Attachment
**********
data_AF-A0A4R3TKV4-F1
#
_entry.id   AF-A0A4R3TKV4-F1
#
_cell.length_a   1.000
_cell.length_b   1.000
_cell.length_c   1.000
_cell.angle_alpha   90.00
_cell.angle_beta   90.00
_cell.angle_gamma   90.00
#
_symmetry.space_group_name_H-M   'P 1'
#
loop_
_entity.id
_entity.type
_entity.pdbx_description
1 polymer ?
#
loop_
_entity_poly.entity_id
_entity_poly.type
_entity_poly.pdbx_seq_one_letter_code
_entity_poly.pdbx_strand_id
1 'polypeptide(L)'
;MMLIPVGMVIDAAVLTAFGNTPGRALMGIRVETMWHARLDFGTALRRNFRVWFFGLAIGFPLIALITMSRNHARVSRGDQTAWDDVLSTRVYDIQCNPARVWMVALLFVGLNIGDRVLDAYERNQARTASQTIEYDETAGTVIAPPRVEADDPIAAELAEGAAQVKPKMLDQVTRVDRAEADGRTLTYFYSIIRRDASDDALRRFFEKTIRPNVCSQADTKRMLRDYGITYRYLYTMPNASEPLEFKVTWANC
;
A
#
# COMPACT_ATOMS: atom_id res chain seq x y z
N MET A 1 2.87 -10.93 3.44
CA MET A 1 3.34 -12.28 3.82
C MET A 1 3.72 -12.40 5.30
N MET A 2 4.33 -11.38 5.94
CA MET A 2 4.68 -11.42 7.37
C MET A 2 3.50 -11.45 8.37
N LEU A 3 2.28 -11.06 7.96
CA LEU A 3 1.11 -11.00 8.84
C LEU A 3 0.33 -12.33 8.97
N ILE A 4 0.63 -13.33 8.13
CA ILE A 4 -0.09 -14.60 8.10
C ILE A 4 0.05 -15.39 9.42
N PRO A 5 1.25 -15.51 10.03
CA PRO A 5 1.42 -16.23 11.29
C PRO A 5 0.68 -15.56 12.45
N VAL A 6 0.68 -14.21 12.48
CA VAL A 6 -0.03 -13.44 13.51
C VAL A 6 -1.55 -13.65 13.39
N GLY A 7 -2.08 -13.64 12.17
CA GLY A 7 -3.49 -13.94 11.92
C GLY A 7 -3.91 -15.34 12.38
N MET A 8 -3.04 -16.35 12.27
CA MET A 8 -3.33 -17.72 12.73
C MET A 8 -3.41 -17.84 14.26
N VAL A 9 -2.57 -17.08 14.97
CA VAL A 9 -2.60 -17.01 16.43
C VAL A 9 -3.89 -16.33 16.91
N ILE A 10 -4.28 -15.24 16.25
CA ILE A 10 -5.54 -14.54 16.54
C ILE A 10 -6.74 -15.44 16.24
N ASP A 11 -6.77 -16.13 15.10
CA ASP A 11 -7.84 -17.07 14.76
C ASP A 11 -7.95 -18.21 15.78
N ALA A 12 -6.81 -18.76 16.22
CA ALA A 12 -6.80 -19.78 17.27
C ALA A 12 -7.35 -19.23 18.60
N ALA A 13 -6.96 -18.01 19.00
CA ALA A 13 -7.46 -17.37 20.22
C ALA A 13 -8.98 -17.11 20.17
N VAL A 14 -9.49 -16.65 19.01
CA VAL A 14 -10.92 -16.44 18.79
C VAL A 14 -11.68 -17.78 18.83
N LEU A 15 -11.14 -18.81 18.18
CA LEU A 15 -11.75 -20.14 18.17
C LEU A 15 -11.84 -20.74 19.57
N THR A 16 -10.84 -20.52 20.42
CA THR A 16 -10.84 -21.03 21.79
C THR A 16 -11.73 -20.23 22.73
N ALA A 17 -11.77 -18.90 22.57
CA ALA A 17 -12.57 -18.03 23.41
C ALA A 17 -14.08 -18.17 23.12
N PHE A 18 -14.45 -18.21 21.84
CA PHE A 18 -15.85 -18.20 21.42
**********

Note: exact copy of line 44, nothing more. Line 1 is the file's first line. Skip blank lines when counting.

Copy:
CA PRO A 5 1.42 -16.23 11.29